Trifork Blog

Amsterdam Clojurians – my impression

December 18th, 2012 by
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It was a while ago, but I still wanted to share this my insight from Saturday 27th October, was the first all-day conference of the Amsterdam Clojurians which took place in the offices of Backbase. As a Clojure beginner and recent attendee of the meetup, I joined as it was a great opportunity to find a concentration of passionate people and talks about the Clojure planet.

About the state of my knowledge of the language: I started to study Clojure a few months ago, I’m now reading a book, watching videos, reading articles and checking out code, plus I’m growing my little pet project. I’m grasping the concepts, but can’t yet “get in the flow” while coding because I keep bouncing into many little difficulties, especially with the tooling (masochistically, I decided to code using Emacs, without having any prior experience with that editor!). So, predictably, the conference taught me a lot and some of those experiences, I want to share with you.

The level of the talks (all the slides should be available by now) spanned all the range from complete beginner to seasoned programmer. So you had a talk for a Java programmer who stumbles upon Clojure for the very first time; on the opposite side, the talk on Clojurescript went deep in the details of implementation of data structures, losing me several times along the way!

I enjoyed the presentation on Clojure sequences for its style, even though the topic is not new to me; the “slides” were actually a single Clojure source file, illustrating each concept with a concise expression which could be pasted in the interpreter and evaluated. I regard it as an another example of how easy it is in Clojure to move seamlessly between trying scraps of code, reading documentation/source and actually building your application, thus enabling a working style which is unknown in mainstream languages.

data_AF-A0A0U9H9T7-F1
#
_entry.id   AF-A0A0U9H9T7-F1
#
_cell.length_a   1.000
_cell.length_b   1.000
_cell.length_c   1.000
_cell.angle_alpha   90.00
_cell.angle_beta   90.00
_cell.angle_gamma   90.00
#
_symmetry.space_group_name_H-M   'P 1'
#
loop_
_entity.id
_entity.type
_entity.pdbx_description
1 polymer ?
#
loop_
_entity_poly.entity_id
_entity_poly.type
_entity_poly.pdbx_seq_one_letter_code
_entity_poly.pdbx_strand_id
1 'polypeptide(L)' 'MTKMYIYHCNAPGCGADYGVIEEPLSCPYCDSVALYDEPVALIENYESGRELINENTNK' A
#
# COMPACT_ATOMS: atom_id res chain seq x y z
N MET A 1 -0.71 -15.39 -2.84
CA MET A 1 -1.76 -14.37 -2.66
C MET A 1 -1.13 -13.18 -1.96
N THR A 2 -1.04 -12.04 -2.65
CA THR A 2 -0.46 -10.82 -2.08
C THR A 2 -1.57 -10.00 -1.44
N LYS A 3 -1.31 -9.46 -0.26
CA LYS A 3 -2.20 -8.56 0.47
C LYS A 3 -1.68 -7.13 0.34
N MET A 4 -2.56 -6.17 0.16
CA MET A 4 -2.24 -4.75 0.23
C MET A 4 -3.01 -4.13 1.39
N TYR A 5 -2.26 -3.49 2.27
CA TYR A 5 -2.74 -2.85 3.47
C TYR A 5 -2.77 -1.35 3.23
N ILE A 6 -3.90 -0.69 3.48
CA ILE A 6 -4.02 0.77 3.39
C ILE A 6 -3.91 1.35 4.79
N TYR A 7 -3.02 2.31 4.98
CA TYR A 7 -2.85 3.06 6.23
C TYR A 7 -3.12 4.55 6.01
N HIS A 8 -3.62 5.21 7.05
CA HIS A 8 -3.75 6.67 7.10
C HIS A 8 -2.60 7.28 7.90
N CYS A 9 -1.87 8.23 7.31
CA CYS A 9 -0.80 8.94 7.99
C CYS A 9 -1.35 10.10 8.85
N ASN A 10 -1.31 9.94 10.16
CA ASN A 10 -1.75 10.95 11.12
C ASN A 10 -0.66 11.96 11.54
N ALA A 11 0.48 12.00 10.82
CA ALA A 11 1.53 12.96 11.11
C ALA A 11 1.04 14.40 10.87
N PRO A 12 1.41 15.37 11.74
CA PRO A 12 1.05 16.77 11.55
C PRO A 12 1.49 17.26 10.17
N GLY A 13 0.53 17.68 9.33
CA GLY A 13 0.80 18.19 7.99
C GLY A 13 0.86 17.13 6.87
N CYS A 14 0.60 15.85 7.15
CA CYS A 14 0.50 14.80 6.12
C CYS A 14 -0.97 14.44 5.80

Halfway we had a couple of hours of “chat”:  following the rules of the unconference, people interested in discussing a topic posted a message about it on a board; then, the board was used to schedule the discussions in different parts of the room, with people gathering to the topic they were most interested in, taking active part or just listening, maybe hopping from a group to another. The discussion about tooling was particularly useful to me, as I could peek over the shoulder of someone using the Clojure plugin for Intellij, and hear about experiences of development with Vim, Emacs, Eclipse (and so I’ve listed all the main options for developing with the language).

I left the conference with important hints and directions on how to continue my learning of the language. Study is important, but confrontation with people doing your same stuff is crucial to check that you are on the right road. I’m looking forward to the next Amsterdam Clojurians conference! For now those also interested in Clojure there is the meet up group in Amsterdam that is scheduled to meet again in the new year on January 9th, I’ll be going perhaps I will see you there.

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